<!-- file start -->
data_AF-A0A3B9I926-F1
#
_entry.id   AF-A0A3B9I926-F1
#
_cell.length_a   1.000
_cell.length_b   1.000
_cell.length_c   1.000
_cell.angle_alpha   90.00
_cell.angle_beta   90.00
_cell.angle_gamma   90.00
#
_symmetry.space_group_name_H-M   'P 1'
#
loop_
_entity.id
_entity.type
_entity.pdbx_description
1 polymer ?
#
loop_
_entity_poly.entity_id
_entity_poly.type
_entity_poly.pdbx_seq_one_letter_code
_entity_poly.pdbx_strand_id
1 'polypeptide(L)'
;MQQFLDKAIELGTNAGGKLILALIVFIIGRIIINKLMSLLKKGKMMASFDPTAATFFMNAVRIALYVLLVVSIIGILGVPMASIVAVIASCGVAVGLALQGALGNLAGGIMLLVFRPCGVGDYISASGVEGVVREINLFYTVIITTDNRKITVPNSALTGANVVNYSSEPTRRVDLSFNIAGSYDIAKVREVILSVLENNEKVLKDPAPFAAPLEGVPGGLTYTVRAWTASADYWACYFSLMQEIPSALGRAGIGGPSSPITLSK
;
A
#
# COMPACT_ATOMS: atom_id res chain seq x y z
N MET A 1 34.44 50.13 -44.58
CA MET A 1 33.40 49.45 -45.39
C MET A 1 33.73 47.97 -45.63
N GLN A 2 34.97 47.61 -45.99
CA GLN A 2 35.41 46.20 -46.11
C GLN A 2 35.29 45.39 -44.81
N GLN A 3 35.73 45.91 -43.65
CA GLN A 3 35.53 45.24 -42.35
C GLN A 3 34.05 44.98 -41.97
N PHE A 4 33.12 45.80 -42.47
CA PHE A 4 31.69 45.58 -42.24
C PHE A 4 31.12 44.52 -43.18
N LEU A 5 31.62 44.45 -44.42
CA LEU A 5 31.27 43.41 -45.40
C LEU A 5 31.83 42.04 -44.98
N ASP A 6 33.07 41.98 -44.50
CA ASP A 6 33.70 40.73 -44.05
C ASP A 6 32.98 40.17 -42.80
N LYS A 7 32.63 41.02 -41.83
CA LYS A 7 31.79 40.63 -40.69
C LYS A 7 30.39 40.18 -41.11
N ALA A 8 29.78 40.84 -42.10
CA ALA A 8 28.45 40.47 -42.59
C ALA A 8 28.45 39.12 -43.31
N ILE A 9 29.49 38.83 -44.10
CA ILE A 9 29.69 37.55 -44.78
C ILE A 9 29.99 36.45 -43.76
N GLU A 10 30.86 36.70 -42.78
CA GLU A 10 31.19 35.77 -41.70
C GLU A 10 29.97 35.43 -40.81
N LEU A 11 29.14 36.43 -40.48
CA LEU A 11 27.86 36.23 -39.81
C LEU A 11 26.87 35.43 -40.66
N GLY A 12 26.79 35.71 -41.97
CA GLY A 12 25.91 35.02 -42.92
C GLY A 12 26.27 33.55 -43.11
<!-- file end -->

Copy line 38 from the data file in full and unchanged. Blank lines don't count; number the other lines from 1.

CA GLN A 3 35.53 45.24 -42.35